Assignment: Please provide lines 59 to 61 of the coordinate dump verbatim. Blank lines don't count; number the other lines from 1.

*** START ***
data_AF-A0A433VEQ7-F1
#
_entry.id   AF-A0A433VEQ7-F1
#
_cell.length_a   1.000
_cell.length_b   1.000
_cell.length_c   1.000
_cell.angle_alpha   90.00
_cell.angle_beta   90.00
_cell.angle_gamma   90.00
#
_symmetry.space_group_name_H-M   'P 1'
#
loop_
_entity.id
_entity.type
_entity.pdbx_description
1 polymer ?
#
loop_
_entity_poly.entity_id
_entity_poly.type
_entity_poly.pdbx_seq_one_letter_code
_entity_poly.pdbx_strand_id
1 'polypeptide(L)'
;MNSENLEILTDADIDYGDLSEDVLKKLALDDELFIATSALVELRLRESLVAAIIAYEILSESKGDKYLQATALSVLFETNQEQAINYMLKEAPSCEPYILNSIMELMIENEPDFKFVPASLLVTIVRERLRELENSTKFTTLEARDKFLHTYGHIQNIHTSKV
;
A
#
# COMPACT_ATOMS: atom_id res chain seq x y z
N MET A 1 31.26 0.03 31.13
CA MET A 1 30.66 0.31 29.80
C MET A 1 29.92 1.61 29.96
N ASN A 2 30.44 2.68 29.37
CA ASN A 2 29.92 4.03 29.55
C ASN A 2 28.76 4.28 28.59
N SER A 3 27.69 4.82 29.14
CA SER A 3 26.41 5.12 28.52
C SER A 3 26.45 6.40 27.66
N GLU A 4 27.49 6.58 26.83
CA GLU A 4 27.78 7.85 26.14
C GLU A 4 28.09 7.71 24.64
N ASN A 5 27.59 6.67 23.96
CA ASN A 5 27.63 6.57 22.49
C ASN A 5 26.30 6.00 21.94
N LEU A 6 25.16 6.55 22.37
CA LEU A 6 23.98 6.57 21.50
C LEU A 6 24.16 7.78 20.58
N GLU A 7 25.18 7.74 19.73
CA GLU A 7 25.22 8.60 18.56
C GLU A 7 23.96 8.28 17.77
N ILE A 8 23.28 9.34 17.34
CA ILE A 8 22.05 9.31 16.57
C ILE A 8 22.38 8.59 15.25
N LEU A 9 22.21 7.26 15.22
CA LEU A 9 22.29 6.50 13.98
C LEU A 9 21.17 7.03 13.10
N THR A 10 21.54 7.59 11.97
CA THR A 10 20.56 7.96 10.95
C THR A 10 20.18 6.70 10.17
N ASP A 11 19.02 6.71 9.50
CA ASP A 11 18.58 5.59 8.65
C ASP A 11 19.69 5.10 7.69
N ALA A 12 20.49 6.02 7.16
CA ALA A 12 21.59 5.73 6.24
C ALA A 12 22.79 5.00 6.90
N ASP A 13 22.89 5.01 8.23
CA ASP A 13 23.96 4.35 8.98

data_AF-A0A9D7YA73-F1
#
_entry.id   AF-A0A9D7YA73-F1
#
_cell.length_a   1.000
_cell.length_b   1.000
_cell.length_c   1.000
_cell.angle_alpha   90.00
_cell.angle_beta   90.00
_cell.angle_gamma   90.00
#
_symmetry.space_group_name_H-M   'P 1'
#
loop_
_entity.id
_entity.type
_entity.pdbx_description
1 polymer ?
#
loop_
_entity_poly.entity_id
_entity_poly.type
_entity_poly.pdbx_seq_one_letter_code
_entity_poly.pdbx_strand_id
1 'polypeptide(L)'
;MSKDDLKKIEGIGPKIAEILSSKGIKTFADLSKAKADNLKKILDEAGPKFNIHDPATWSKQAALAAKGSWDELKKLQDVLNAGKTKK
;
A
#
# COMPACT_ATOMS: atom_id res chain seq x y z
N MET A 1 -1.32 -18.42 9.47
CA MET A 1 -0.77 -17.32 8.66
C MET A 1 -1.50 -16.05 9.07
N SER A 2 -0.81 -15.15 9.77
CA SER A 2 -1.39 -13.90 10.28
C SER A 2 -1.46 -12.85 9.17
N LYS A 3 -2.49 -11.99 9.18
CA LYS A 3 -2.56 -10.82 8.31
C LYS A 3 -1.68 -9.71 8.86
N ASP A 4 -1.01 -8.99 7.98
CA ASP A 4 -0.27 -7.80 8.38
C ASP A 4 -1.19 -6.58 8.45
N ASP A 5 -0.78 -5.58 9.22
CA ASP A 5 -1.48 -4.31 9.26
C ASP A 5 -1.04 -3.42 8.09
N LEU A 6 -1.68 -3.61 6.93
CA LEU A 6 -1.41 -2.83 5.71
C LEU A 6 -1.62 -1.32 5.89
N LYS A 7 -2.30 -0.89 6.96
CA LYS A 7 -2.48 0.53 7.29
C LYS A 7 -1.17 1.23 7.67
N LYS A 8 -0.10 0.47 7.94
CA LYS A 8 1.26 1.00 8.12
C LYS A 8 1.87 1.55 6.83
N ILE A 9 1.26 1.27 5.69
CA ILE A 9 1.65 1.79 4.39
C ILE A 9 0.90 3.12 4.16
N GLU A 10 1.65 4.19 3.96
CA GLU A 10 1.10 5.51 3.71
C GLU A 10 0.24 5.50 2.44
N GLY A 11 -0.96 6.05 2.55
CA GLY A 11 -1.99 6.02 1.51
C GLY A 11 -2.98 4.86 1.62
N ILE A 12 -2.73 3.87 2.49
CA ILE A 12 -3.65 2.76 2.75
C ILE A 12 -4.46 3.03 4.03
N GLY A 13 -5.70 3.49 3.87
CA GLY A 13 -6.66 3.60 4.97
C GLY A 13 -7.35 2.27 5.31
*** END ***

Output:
CA THR A 10 20.56 7.96 10.95
C THR A 10 20.18 6.70 10.17
N ASP A 11 19.02 6.71 9.50